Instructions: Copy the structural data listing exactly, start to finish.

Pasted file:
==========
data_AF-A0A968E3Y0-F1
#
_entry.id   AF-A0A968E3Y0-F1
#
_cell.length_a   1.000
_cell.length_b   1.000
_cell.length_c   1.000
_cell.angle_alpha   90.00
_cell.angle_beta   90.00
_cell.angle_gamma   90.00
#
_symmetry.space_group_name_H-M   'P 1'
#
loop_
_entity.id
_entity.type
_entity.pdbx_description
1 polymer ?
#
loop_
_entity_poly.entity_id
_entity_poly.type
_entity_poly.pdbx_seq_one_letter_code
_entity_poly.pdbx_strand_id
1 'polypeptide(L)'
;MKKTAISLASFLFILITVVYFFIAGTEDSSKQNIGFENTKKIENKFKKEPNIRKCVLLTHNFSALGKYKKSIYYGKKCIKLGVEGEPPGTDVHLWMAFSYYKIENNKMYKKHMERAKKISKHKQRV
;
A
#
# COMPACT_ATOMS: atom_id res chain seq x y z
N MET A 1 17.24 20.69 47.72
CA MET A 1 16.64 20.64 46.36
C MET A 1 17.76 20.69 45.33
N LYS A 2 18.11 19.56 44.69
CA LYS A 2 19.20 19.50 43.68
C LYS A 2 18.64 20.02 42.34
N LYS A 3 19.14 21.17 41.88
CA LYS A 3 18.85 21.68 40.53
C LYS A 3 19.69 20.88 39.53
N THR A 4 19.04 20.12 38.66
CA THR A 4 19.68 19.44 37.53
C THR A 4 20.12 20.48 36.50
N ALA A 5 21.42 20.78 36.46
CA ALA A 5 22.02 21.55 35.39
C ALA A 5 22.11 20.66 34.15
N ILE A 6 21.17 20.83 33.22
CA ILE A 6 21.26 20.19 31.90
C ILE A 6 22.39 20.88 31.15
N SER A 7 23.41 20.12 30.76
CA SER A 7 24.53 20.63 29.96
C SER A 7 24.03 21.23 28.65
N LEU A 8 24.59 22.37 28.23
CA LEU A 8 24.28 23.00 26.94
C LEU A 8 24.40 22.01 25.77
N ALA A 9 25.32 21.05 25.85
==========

data_AF-A0A968E3Y0-F1
#
_entry.id   AF-A0A968E3Y0-F1
#
_cell.length_a   1.000
_cell.length_b   1.000
_cell.length_c   1.000
_cell.angle_alpha   90.00
_cell.angle_beta   90.00
_cell.angle_gamma   90.00
#
_symmetry.space_group_name_H-M   'P 1'
#
loop_
_entity.id
_entity.type
_entity.pdbx_description
1 polymer ?
#
loop_
_entity_poly.entity_id
_entity_poly.type
_entity_poly.pdbx_seq_one_letter_code
_entity_poly.pdbx_strand_id
1 'polypeptide(L)'
;MKKTAISLASFLFILITVVYFFIAGTEDSSKQNIGFENTKKIENKFKKEPNIRKCVLLTHNFSALGKYKKSIYYGKKCIKLGVEGEPPGTDVHLWMAFSYYKIENNKMYKKHMERAKKISKHKQRV
;
A
#
# COMPACT_ATOMS: atom_id res chain seq x y z
N MET A 1 17.24 20.69 47.72
CA MET A 1 16.64 20.64 46.36
C MET A 1 17.76 20.69 45.33
N LYS A 2 18.11 19.56 44.69
CA LYS A 2 19.20 19.50 43.68
C LYS A 2 18.64 20.02 42.34
N LYS A 3 19.14 21.17 41.88
CA LYS A 3 18.85 21.68 40.53
C LYS A 3 19.69 20.88 39.53
N THR A 4 19.04 20.12 38.66
CA THR A 4 19.68 19.44 37.53
C THR A 4 20.12 20.48 36.50
N ALA A 5 21.42 20.78 36.46
CA ALA A 5 22.02 21.55 35.39
C ALA A 5 22.11 20.66 34.15
N ILE A 6 21.17 20.83 33.22
CA ILE A 6 21.26 20.19 31.90
C ILE A 6 22.39 20.88 31.15
N SER A 7 23.41 20.12 30.76
CA SER A 7 24.53 20.63 29.96
C SER A 7 24.03 21.23 28.65
N LEU A 8 24.59 22.37 28.23
CA LEU A 8 24.28 23.00 26.94
C LEU A 8 24.40 22.01 25.77
N ALA A 9 25.32 21.05 25.85